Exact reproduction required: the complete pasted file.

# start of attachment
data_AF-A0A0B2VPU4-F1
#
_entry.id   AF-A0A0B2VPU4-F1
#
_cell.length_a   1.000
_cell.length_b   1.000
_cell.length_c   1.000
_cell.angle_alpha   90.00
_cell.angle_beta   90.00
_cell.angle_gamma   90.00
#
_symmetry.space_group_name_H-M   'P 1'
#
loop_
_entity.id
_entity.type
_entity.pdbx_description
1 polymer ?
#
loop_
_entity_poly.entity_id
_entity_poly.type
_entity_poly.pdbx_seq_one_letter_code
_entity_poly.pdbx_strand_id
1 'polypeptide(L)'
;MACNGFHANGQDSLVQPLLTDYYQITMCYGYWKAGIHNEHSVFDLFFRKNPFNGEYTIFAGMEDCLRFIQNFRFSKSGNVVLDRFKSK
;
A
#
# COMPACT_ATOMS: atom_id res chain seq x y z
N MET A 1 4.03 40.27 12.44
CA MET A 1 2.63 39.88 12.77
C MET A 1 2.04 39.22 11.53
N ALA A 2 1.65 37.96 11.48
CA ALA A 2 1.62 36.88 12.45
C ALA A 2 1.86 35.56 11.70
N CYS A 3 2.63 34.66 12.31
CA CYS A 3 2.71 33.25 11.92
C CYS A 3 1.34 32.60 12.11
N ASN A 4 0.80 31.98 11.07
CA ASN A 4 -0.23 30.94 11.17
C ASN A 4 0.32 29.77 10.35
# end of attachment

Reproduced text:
data_AF-A0A0B2VPU4-F1
#
_entry.id   AF-A0A0B2VPU4-F1
#
_cell.length_a   1.000
_cell.length_b   1.000
_cell.length_c   1.000
_cell.angle_alpha   90.00
_cell.angle_beta   90.00
_cell.angle_gamma   90.00
#
_symmetry.space_group_name_H-M   'P 1'
#
loop_
_entity.id
_entity.type
_entity.pdbx_description
1 polymer ?
#
loop_
_entity_poly.entity_id
_entity_poly.type
_entity_poly.pdbx_seq_one_letter_code
_entity_poly.pdbx_strand_id
1 'polypeptide(L)'
;MACNGFHANGQDSLVQPLLTDYYQITMCYGYWKAGIHNEHSVFDLFFRKNPFNGEYTIFAGMEDCLRFIQNFRFSKSGNVVLDRFKSK
;
A
#
# COMPACT_ATOMS: atom_id res chain seq x y z
N MET A 1 4.03 40.27 12.44
CA MET A 1 2.63 39.88 12.77
C MET A 1 2.04 39.22 11.53
N ALA A 2 1.65 37.96 11.48
CA ALA A 2 1.62 36.88 12.45
C ALA A 2 1.86 35.56 11.70
N CYS A 3 2.63 34.66 12.31
CA CYS A 3 2.71 33.25 11.92
C CYS A 3 1.34 32.60 12.11
N ASN A 4 0.80 31.98 11.07
CA ASN A 4 -0.23 30.94 11.17
C ASN A 4 0.32 29.77 10.35